It’s a simple guitar-and-vocal situation (like the Guy busking on the Dublin streets in Once), but as Dan listens, he closes his eyes and can hear the song as he’d produce it – drums here, strings there. The visualization of this moment, as those instruments alongside her play themselves, is a scene Begin Again’s many detractors love to ridicule, and yes, it’s a little silly. But it does what it needs to do: it allows us to hear what he hears. And it’s worth noting that a device like that wouldn’t get an odd blink in a traditional “musical.”

Begin Again amps up the star power – aside from Knightley and Ruffalo, Carney’s cast includes Catherine Keener, Yasiin Bey, Hailee Steinfeld, James Corden, and Adam Levine – and is far more structurally ambitious, with that open mic serving as an inciting event that his script detours from and circles back to from different perspectives. But the key themes and ideas remain. Knightley’s and Levine’s characters are both musicians, and Carney conveys how music becomes the relationship. It’s a film that knows, for example, that there could be no greater betrayal than taking a sincere and personal song and turning it into some kind of mindless pop junk, or that the kind of person who would reveal an affair via a lyric is no damn good. And when she tries to reconnect with him, she discovers that the contrasting albums they’ve cut during their hiatus represent their contrasting personalities – she’s raw and authentic, he’s slick and overproduced.

Theirs isn’t the only relationship that’s defined by songs. As Dan produces Gretta’s album, he tries to reconcile with his distant teenage daughter Violet (Steinfeld); they reconnect over music, and thanks to the musician. (Violet ends up playing on the album at Gretta’s invitation, and contrary to all concerns, she turns out to be a terrific guitarist, of course, of course.) And while Begin Again echoes Once’s notion that songs convey the things we can’t express through words, or wouldn’t (see: the answering machine kiss-off number), it’s also wise to the ways in which music becomes the shared language we all speak. Dan recalls his first date with his estranged wife (Keener), a night spent wandering the city with a headphone splitter, playing songs for each other. “I don’t think we said more than two words to each other the whole night,” he says, before he and Gretta embark on a similar outing.

A fair number of Once’s fans loathe Begin Again, with a vigor that’s disproportionate to the film itself, which is (incoming hot take) Just Fine. I’d imagine some of the venom was inevitable, what with the participation of Levine (and, for that matter, Corden). And unlike Once, its music is a little dodgy – not bad, necessarily, but a little vanilla, safe, and poppy in comparison. A fair number of critics were also skeptical of the film’s sexlessness; that’s understandable, considering the way Gretta looks at Dan (and he looks at her) as they dance to Stevie Wonder’s “For Once in My Life” during a literal recreation of his first date with his wife. You can chalk that up, as our own Elisabeth Donnelly did, to a strange puritanism in Carney’s work. But frankly, I think it’s simply that, for these characters, the act of sex could never be as good as the act of creative collaboration.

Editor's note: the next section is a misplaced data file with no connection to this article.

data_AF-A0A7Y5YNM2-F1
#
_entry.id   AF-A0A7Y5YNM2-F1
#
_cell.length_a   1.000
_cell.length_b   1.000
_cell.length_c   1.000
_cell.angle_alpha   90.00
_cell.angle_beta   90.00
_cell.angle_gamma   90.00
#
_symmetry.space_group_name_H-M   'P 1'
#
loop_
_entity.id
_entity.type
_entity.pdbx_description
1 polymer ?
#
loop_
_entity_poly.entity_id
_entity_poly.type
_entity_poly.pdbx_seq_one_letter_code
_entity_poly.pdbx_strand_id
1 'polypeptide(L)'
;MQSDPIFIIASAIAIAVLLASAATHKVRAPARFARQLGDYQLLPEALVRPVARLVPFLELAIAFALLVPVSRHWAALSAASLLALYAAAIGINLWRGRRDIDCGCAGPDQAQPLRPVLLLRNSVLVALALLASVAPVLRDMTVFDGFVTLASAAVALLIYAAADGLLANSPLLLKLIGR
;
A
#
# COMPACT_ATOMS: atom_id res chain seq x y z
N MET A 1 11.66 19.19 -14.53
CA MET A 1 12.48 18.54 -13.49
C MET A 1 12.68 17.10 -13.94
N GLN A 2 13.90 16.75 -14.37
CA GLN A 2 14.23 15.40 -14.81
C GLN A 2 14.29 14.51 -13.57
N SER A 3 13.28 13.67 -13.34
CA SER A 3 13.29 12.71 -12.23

After all, the closest the Guy and Girl get to physical consummation comes at the end of their marathon, weekend-long recording session. He asks if she wants to hang out, promising, “It won’t be hanky-panky,” to which she responds, “You know it would.” They don’t fool around, but they don’t need to; they’ve spent a weekend making music together, the way another new couple might spend a long, exhausting weekend in bed. In Begin Again, Gretta and Dan’s sex scene isn’t some awkward, sweaty hook-up after their night with the headphone splitter; it’s the one where they decide to put their record out online, themselves – a scene whose own climactic moment, as their hands intertwine over the mouse pad, plays out like a shared orgasm.

There’s an argument to be made that the musical numbers in classic movies existed because their makers couldn’t take the same liberties as their contemporary counterparts; they couldn’t show Fred and Ginger fucking, so they showed them dancing. Yet perhaps the pendulum has swung in the other direction – maybe onscreen sexuality has become so explicit that its substitutions, whether in the form of collaborative music or unrequited romance, seem comparatively subversive. Or maybe there’s just something sweet and untouched, and therefore novel, about the first flush of love – a feeling that Carney’s latest film traces back to its earliest, and most intense, incarnation.

Thus, if Begin Again is Once’s spiritual sequel, Sing Street is its prequel. (There’s even a sly appearance by a Hoover vacuum.) You get the sense that he’s atoning for the perceived sins of Begin Again by making something smaller in scope, set back in Ireland, with only a few recognizable faces. And if the music in Begin Again wasn’t convincing, the songs of Sing Street are given cover by the period setting – they sound exactly right for 1985.